the secret to improve your performance your performance
Some time ago I told you that one of the 10 most common mistakes in cyclist training was the lack of rest and excessive activity. Athletes often become obsessed with training and cyclists are specialists in avoiding the phenomenon of supercompensation, thinking that more hours of exercise always translate into improved performance.
The training methodology has changed and although in pre-season it is important to accumulate hours above the saddle to have a good base, during the competitive period the roles are reversed. In the middle of the season, almost all cycling coaches prioritize quality over quantity, making it clear to their "pupils" that walking accumulating beating after beating is absolutely useless.
Supercompensation in cycling: What is it and what is it for?
Just the opposite of what it may seem, supercompensation consists of reduce training loads and intensities so that our body can rest, recover and better assimilate the work done.
The phenomenon of supercompensation is the basis of any planned training and is mandatory for all cyclists who want to improve their performance. Without rest you do not recover and without recovery there is no improvement.
To understand compensation or supercompensation consists of let the body rest so that it assimilates training stimuli and in this way the cyclist can progressively improve his physical condition.
As we saw with the analysis of the TSS value every time we practice physical exercise we subject the body to a certain amount of stress. Regulating and adapting these values to physical fatigue is of vital importance so as not to fall into the dreaded overtraining.
The importance of a good rest
“Eat, sleep, ride, repeat” This beautiful slogan that some already use to market products should be established as the number 1 rule in the world of cycling.
Eating and sleeping before pedaling again is what we should do all of us who want to improve our physical condition. Healthy eating and restful sleep are essential for sports progression in the rider's body.
Rest is still the great undervalued in current cycling and as is customary to say in these cases Rest should be as important as training itself.
The days of rest, either total rest or active recovery are essential to stimulate the body and accelerate the recovery process. Cyclists who overdo the training and return to training without having had enough rest, all they will achieve is to precipitate the peak in shape and accumulate fatigue that in the most extreme cases can trigger anemias and other health problems.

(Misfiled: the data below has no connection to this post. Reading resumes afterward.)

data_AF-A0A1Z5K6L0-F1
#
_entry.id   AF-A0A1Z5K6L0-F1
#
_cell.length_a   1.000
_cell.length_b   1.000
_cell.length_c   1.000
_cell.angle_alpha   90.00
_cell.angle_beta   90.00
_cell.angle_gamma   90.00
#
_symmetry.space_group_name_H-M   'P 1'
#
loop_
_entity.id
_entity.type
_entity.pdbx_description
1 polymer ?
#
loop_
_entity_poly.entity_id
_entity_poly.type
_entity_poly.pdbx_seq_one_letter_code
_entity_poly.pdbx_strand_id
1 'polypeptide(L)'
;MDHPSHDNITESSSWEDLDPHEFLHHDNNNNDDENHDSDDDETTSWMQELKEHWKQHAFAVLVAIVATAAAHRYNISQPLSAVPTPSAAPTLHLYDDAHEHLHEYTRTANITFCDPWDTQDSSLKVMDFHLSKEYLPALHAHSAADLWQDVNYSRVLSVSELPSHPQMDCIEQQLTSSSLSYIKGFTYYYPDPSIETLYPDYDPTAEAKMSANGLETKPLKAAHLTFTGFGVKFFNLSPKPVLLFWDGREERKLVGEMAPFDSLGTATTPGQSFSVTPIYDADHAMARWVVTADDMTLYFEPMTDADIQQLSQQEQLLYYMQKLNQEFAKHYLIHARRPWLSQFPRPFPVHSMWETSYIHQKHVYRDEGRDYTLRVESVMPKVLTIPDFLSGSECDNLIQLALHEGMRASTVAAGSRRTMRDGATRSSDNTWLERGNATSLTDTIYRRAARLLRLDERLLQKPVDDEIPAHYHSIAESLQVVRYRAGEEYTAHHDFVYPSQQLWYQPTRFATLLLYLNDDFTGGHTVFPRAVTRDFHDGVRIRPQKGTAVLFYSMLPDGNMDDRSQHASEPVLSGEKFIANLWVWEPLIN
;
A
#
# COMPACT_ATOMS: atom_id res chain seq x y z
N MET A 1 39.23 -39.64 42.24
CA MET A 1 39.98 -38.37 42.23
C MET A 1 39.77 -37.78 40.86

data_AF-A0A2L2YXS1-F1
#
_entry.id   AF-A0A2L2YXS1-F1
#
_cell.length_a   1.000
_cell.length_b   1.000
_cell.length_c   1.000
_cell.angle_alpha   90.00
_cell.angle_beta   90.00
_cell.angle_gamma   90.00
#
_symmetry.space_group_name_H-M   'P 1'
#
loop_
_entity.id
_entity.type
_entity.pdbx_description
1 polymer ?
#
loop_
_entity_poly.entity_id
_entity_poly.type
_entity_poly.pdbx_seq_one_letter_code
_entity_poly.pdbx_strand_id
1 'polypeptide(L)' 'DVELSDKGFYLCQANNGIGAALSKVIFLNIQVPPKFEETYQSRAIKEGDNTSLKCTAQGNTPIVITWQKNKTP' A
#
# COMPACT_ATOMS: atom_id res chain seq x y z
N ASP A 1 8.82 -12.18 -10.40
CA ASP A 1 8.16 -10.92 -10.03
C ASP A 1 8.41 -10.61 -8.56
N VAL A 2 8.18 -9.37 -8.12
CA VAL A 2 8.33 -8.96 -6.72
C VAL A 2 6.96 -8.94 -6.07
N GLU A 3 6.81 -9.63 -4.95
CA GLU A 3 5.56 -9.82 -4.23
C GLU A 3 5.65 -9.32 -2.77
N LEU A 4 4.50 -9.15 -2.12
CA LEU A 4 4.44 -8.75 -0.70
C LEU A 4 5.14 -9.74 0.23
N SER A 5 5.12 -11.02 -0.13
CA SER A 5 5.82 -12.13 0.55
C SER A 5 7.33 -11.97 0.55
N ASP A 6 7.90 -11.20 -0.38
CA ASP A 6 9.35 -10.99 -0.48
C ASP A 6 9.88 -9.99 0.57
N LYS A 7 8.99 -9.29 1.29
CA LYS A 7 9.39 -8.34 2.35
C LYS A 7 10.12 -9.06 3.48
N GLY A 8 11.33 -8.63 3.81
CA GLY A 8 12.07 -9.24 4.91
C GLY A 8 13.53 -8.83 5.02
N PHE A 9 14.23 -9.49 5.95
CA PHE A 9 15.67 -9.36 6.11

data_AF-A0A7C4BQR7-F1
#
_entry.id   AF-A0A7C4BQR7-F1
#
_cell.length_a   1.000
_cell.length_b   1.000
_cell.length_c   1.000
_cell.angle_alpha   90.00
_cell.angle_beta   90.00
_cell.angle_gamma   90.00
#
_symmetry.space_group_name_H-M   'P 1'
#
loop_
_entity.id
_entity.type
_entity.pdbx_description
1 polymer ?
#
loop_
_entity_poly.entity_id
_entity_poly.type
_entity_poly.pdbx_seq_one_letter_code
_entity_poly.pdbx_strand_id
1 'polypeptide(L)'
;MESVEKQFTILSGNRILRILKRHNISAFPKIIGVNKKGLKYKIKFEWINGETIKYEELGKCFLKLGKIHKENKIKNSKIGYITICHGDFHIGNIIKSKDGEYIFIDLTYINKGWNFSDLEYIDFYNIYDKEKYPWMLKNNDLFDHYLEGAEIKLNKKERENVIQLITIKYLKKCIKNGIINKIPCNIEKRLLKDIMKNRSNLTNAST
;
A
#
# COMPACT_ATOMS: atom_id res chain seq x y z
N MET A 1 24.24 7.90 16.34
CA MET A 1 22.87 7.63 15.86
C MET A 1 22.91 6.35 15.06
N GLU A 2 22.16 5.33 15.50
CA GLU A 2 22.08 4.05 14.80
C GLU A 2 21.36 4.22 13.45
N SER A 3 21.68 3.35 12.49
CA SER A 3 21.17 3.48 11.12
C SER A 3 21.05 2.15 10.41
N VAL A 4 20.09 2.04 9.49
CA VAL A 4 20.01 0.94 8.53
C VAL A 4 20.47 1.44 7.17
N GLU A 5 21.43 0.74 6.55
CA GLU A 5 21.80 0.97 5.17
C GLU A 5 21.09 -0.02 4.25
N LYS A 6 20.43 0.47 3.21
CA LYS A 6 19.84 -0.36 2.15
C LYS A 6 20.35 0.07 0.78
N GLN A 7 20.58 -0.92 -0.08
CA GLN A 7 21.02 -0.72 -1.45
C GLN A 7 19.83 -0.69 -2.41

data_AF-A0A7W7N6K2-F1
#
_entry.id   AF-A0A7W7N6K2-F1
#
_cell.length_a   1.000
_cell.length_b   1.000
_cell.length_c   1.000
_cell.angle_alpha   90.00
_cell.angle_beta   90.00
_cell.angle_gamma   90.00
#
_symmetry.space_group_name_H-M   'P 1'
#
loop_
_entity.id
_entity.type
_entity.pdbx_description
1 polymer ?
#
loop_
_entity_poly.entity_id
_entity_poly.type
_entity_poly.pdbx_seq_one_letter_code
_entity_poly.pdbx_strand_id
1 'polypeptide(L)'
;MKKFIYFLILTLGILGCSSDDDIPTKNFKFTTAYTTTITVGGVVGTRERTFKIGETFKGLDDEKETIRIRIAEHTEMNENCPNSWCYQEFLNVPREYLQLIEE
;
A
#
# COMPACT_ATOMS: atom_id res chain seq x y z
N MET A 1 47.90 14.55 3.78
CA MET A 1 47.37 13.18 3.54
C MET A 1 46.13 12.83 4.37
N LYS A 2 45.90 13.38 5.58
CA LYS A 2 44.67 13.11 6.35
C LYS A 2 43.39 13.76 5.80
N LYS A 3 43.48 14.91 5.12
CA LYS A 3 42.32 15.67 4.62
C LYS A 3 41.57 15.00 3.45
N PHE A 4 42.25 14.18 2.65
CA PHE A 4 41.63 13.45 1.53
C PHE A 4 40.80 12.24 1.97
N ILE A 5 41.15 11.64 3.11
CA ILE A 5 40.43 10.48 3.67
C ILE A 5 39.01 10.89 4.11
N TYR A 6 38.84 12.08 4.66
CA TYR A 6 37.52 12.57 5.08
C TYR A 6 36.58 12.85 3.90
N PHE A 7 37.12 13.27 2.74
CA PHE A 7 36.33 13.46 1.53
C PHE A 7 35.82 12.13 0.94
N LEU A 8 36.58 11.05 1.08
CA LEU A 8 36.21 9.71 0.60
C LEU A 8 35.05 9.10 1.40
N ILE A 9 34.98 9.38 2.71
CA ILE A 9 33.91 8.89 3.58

Currently some high-end cycle computers such as Garmin Edge 1030, Edge 830 or 530 have built-in functions automatic recovery control. This estimate based on the heart rate, power, duration, distance and unevenness of the activity allows the cyclist to have an indicative idea of the rest necessary to assimilate the activity.
Although it is advisable to rely on the professional criteria of a cycling coach, it is important that nobody takes the recovery control lightly. The body is wise and if we want to reach the goal of the season in full conditions we must respect the rest periods and therefore the supercompensation.
Over the years you will learn to listen to your body and give it everything it needs. The beginnings are always easy since the progression in the physical condition is constant. The problem comes from certain physical levels where it is very common to see how the improvement in performance is blocked. The lack of rest that I mentioned earlier is usually the main culprit.
Beyond sleeping and eating a healthy diet it is important that you pay attention to post workout food. The 30 minutes after the end of the exercise are crucial to hydrate the body. During the metabolic window the body is still active and is very receptive when it comes to assimilating all the food and drink we offer.
Now that you know the phenomenon of supercompensation in the cycling You have no excuse. Put yourself in the hands of a sports specialist who controls the mesocycles or learn to regulate your own training loads. Always remember that "without rest there is no improvement."